How do you develop new ideas; / Who do you discuss your ideas with?
I have a few colleagues in Europe who can be considered advisers and I ask them sometimes for their views on a project. I also ask what they need in term of a font and that may result on a custom project like Vista stencil, a typeface quickly developed just for a friend. I may also add some special glyphs or useful dingbats. Most of the time, I design the shapes I like, trying to reach the needs of the market, but this is not the first motivation. I want to be proud of all my typefaces and consider each one truly my creation. I think there is a link between all my fonts when put in chronological order. A new creation is often a reaction on the previous one. FF Yoga has some roots in Malaga, for example—we can see some similarities—but the idea of FF Yoga was to draw shapes more invisible and useful in body text.
Malaga for Emigre
More At Home With and At Work With episodes:
At Home With Erik Spiekermann
We’re looking for a full-time Marketing Communications Specialist to join our team in our Berlin office on a permanent basis. As part of our E-Commerce Team, you will be responsible for spreading the word about FontShop and FontFont through creative campaigns and effective marketing.
You will be responsible for:
- Creating, planning and organizing campaigns to market FontShop and FontFont products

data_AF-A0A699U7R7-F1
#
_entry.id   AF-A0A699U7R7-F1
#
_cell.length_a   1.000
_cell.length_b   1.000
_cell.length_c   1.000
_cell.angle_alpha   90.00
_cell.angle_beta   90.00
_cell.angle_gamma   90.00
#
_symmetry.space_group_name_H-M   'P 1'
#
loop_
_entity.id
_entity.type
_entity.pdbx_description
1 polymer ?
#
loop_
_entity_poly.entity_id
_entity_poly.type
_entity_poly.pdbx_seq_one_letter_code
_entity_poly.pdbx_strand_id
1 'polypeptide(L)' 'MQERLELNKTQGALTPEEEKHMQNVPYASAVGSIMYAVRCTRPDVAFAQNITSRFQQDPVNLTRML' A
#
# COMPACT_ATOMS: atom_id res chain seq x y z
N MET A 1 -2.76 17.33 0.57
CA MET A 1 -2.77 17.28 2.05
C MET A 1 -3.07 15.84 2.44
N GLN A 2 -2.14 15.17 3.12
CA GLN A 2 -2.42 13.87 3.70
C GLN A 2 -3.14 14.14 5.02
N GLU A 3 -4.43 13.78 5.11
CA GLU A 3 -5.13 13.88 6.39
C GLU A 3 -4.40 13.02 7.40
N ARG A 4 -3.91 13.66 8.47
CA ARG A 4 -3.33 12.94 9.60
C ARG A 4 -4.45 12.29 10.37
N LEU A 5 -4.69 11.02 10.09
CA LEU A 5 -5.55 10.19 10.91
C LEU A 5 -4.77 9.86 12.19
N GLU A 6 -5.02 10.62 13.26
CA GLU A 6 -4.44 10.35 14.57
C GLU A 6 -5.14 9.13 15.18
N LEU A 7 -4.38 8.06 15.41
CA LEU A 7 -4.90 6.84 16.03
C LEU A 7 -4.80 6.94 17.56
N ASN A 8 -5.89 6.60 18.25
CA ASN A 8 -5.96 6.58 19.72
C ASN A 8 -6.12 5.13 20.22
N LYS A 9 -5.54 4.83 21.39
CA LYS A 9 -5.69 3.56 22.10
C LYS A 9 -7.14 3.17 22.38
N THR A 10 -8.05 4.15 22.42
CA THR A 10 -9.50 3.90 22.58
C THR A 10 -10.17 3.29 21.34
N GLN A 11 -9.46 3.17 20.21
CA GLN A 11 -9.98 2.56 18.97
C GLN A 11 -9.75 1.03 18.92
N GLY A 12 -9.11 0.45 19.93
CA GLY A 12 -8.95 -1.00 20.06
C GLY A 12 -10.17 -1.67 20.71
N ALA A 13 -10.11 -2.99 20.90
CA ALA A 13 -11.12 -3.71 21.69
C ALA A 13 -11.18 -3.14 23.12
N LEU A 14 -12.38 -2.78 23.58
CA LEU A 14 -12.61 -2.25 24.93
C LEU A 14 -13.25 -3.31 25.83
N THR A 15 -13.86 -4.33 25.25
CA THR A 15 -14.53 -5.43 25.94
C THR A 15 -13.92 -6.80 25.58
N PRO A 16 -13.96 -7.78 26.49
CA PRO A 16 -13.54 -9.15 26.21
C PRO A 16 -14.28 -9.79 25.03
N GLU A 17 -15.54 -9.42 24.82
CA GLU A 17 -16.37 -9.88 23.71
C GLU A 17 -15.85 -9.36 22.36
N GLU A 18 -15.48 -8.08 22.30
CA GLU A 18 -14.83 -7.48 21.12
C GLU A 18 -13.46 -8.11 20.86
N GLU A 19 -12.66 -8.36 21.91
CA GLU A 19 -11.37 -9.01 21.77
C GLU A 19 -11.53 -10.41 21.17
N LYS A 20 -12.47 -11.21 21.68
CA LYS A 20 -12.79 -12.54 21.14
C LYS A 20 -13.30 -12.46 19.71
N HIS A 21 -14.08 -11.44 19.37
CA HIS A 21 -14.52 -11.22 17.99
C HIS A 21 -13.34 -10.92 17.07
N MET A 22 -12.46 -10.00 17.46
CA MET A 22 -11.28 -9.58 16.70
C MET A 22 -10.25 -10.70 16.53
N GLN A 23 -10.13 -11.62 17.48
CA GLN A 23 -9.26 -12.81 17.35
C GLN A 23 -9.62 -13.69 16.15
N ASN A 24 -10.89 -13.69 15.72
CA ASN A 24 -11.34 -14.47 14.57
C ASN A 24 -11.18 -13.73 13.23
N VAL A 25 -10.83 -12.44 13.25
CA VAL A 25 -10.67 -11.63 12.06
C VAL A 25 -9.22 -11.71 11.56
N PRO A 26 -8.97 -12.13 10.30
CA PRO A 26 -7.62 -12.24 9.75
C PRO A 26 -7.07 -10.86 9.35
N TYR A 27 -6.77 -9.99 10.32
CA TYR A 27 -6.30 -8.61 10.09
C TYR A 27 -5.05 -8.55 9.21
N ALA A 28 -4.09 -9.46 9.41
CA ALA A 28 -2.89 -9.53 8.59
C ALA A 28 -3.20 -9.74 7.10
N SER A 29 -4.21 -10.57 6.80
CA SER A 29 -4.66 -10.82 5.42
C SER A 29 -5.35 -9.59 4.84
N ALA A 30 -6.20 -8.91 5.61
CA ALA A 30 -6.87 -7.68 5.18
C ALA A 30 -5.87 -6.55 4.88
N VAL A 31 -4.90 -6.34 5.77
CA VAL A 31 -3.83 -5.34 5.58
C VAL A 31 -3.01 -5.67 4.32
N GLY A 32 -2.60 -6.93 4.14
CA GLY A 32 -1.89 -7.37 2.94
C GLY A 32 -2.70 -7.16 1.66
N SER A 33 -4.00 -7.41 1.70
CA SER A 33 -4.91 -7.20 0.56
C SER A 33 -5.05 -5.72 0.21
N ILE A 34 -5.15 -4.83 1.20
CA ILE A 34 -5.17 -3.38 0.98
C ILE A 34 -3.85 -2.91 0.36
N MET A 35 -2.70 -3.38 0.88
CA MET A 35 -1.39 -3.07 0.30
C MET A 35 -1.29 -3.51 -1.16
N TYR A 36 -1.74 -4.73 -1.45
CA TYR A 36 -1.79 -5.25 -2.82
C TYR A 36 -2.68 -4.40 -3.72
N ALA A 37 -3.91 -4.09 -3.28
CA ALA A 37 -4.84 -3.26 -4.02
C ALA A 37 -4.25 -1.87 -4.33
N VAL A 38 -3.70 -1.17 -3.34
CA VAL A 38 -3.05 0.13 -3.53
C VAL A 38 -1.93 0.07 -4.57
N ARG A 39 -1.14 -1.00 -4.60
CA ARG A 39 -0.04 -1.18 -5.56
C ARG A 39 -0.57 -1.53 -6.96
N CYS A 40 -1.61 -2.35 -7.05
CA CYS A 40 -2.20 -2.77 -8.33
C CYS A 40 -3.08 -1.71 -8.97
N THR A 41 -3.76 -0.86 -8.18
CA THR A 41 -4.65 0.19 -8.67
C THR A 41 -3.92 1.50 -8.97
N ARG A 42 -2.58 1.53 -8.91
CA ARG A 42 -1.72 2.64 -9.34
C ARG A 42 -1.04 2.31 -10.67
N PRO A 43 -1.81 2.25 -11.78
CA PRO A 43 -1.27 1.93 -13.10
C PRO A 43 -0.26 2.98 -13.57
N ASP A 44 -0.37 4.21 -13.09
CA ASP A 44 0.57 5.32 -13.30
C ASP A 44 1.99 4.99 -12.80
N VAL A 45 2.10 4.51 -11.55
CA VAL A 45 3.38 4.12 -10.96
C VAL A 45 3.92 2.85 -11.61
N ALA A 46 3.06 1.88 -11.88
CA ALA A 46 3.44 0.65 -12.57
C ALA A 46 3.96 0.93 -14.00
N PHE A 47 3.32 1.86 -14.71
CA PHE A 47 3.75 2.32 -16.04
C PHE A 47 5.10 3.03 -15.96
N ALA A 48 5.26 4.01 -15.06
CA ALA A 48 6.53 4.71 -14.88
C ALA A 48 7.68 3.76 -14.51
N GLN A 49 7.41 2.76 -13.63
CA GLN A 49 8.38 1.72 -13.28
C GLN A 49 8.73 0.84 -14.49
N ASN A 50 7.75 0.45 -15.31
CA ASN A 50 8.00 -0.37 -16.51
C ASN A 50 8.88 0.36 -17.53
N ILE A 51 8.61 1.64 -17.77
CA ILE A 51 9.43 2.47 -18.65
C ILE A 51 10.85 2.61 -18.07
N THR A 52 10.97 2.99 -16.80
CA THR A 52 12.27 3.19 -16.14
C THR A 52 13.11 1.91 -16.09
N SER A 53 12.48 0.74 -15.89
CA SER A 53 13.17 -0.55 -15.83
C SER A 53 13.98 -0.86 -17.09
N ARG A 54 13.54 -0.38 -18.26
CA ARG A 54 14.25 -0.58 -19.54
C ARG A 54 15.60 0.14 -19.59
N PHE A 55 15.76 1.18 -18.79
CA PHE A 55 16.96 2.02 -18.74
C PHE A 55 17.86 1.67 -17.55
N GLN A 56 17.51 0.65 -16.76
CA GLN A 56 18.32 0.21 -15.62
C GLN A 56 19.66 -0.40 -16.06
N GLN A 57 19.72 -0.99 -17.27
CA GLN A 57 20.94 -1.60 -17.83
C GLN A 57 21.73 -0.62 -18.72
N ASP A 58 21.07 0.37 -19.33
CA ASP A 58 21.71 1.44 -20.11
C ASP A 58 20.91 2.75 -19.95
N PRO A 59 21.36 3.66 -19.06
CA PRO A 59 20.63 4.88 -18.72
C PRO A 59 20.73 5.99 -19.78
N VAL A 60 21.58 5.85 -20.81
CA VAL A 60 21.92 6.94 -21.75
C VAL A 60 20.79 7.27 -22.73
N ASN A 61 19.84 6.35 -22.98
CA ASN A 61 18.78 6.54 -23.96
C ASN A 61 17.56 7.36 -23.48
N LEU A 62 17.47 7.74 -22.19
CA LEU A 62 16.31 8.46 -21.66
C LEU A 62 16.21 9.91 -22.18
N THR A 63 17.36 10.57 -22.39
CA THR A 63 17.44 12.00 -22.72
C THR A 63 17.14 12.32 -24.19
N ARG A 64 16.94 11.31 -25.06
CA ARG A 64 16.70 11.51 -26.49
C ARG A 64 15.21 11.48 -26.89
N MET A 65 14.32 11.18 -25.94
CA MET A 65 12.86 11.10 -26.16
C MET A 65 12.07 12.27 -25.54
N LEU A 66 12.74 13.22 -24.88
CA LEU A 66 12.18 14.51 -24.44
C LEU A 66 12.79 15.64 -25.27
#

- Content planning and copy writing including articles, newsletters, direct mailings
- Running social media channels (we have many)
- Organizing, negotiating and seeking out relevant sponsorship opportunities
- Creating other opportunities (PR etc.) to raise the profile of both brands
- Establishing and maintaining good working relationships with typography foundries and designers
- Support the work of the Marketing Manager and undertake any tasks he requires
- Work closely with Graphic Designers to create collateral and marketing materials
- Other ad-hoc administrative tasks
What we’re looking for:
- A background in marketing or communications with at least 2–5 years experience
- Creativity and a flair for writing
- An eye for detail and a knack for spotting a typo (especially an incorrect apostrophe ;)
- Great organization and the ability to handle multiple projects
- Fluency in English, German is a plus
- A knowledge of Google Analytics and Adwords is a plus but not a must
What we offer:
- A fun and friendly atmosphere
- A position within an enthusiastic creative team working closely with type designers and foundries from all over the world
- Attractive salary and holiday package
Please apply through the online portal.
Located in the Kreuzberg area of Berlin, FontShop is a leading font distribution platform with its own type foundry FontFont, the largest library of original and contemporary typefaces. We are part of the Monotype family, a leading global provider of type, technology and expertise, enabling optimal user experiences and brand integrity. We help creative professionals distinguish their work by employing exceptional type and advanced technologies in service to their imaginations.